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Efficiency, access results of online filing system

Arthur Johnston

Arthur Johnston

Madison County Chancery Clerk Johnston, Supreme Court Justice Waller recently unveil new system


Better efficiency and improved public access to court records are the results of the Mississippi Electronic Courts’ (MEC’s) new online court filing system, which was officially unveiled Aug. 27 in a ceremony at the Mississippi Supreme Court building in Jackson.

“We are optimistic that this system will allow seamless access by attorneys and the public across the different jurisdictions of our state,” said Chief Justice Bill Waller Jr. “When the public can see what we are doing in our courts, there is greater confidence in the judiciary.”   

Based on a federal program called PACER – Public Access to Court Electronic Records  – the electronic filing and case management system allows attorneys to file pleadings and retrieve documents via the Internet, making court records more accessible to the general public.

The system has been tested and refined in Madison County for nearly two years as part of a pilot project.  The Madison County Chancery Court began accepting electronic filings of court documents July 22.  Mandatory electronic filing goes into effect Sept. 15 for all new cases and for pleadings filed in cases begun on or after May 15, 2008.

Madison Chancery Clerk Arthur Johnston said that 215 attorneys have registered for the program and more that 2,000 documents are available online.  The initial filing of civil cases must still be done in person, but motions, orders and scheduling deadlines can now be accessed with just the click of a mouse.

The advantages of electronic filing are numerous, he said.

“It increases the public’s access to court records and allows judges greater access and control over their dockets,” said Johnston, who was elected in 2004. “(Mississippi Electronic Courts) is a really good tool to make the judicial process more streamlined.”

Documents are automatically docketed as part of the filing process and are immediately available electronically through user accounts.  It is expected that the system will provide a quicker and cheaper delivery of documents and allow for easier tracking of case activity.  Less space is necessary for records storage, officials said.

Clint Pentecost, counsel for the MEC project, said the initiation of lawsuits will continue to be done through paper filings.  The paperwork will then be scanned into an electronic document in the office of the clerk.  All subsequent documents in a case will be filed electronically.

There have been few complaints about the new system, said Johnston.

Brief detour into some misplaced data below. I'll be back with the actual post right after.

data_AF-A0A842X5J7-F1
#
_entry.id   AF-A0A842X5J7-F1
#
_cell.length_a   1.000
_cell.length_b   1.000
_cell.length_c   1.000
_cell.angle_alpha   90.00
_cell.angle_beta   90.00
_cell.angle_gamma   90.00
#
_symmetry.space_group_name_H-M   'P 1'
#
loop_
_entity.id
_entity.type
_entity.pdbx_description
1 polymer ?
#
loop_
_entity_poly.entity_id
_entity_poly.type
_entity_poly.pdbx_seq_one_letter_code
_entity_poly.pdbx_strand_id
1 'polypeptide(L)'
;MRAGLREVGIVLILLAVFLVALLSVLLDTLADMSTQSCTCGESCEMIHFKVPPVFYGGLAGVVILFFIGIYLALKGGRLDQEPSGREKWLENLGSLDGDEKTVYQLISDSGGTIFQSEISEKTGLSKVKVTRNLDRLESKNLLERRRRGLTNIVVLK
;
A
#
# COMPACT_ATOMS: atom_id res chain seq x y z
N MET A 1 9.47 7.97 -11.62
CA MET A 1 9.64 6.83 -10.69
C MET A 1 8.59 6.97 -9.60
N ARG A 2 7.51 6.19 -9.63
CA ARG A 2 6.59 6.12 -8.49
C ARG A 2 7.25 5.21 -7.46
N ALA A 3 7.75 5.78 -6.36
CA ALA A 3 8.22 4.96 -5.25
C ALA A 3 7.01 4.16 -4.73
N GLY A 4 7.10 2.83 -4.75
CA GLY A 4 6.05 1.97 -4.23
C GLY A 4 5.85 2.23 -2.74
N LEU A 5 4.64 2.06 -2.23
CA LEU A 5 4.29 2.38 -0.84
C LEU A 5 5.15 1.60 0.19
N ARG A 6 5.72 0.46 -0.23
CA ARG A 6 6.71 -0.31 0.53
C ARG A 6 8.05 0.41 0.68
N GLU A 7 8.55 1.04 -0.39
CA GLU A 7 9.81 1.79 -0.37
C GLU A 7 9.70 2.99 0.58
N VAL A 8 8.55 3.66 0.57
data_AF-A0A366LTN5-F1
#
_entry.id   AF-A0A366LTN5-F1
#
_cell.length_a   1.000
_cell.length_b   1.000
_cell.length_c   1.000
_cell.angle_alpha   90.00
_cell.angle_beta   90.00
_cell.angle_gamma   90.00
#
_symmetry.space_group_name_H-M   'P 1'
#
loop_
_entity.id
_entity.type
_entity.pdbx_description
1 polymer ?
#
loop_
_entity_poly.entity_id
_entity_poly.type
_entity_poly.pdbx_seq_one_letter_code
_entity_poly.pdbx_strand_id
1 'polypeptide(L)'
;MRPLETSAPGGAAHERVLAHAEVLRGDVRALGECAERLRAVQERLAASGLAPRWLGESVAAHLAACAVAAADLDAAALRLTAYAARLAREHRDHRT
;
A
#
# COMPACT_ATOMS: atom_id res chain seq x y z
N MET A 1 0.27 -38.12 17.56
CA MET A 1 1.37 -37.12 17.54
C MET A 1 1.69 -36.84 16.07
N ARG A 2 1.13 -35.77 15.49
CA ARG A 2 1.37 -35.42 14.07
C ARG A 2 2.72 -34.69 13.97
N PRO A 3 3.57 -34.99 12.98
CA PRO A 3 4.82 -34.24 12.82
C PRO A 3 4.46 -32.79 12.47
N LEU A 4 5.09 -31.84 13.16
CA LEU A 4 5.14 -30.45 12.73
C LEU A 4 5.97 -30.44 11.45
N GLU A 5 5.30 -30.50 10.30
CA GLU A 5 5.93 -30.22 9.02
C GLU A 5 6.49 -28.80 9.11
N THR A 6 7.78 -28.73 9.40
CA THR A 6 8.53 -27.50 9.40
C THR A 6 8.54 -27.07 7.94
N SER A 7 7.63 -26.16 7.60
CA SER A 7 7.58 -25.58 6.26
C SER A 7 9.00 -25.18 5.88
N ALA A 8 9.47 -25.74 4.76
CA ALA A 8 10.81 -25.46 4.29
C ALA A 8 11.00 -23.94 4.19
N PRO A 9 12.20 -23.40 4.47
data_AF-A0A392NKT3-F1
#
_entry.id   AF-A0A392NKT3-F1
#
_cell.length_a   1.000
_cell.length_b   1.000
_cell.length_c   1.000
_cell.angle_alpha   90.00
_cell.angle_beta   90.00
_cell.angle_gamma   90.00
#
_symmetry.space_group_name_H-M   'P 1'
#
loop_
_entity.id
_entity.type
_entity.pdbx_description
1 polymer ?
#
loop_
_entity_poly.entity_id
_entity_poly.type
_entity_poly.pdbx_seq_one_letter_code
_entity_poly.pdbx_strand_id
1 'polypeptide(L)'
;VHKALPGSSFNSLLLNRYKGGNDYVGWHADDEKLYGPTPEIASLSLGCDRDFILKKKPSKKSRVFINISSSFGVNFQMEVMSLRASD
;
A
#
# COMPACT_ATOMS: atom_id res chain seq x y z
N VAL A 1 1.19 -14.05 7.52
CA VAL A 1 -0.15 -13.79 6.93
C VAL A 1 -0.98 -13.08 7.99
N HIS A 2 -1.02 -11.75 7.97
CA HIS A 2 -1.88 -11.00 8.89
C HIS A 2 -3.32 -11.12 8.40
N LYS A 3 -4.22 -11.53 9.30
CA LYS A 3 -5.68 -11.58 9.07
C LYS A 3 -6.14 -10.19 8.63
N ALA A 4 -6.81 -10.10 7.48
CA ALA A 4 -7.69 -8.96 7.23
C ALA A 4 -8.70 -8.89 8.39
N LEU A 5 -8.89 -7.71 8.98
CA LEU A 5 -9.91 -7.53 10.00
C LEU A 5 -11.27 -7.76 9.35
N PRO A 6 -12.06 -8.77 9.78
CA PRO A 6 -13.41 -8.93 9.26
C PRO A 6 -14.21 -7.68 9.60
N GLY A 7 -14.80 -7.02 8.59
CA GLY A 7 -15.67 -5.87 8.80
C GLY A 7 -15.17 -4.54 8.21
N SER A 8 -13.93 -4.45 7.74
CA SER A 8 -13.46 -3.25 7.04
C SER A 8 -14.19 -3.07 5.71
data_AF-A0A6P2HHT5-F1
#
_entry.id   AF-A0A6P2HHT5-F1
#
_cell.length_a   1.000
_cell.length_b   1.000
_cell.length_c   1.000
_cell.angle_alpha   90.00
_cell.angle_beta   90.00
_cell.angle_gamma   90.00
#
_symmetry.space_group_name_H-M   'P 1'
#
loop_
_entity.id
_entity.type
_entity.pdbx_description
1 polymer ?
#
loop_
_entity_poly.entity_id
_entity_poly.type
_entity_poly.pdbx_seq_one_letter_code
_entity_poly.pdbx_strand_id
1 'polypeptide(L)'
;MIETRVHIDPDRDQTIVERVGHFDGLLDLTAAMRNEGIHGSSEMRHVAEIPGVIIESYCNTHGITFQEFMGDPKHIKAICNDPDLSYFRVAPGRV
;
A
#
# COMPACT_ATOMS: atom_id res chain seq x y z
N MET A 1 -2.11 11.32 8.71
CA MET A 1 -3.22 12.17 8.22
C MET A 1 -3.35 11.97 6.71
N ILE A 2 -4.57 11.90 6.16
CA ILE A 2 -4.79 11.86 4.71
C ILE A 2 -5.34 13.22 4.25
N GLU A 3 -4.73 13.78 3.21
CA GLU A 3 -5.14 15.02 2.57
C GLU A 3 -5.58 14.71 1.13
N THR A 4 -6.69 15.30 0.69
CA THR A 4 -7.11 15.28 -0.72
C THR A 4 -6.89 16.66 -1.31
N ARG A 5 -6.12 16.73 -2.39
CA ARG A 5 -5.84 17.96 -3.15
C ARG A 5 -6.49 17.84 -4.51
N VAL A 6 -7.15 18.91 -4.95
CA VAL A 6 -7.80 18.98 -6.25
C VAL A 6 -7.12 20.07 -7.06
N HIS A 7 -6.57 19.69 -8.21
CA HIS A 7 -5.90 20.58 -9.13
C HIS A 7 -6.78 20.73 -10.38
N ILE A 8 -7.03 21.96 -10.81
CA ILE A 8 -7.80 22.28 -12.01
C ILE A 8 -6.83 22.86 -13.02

“The response has been overwhelming in favor of (electronic filing),” he said.  “There are some lawyers who are not accustomed to doing business online, but most like the ease and convenience of filing from their computers 24 hours a day, seven days a week.”

Work is expected to begin soon to adapt the online system for use in Chancery Courts in Warren and Scott counties and in Circuit Court in Madison County.

Said Waller: “The Chancery Court was the hard piece of the project because there is no parallel in the federal trial courts.”

Though he has not yet used the new system, Madison attorney Ronnie Stutzman has utilized the federal electronic system for five years.

“I’m enrolled in the pilot project system but have not used it thus far,” he said.  “I’ve talked with some attorneys who are very excited about it because it will cut down on trips to the courthouse for filings.”

There is no fee to view documents during the pilot program, but it is expected that a payment system eventually will be installed. The federal court program charges eight cents per page to view electronic records. 

Johnston estimated that the new system would save his office over $5,000 annually in costs for items such as docket books, binders and shelving.

In May 2007, the Mississippi Supreme Court entered an agreement with the Administrative Office of the U.S. Courts to study the feasibility of adapting the federal trial court electronic filing system for use in state courts.  

Anyone may set up a user account in the Public Access Mississippi Electronic Case Management system (PAMEC). One-time registration will cover any Mississippi trial court that utilizes electronic filing.

 Online registration is available

at the MEC web site at mssc.state.ms.us/mec/mec.html.


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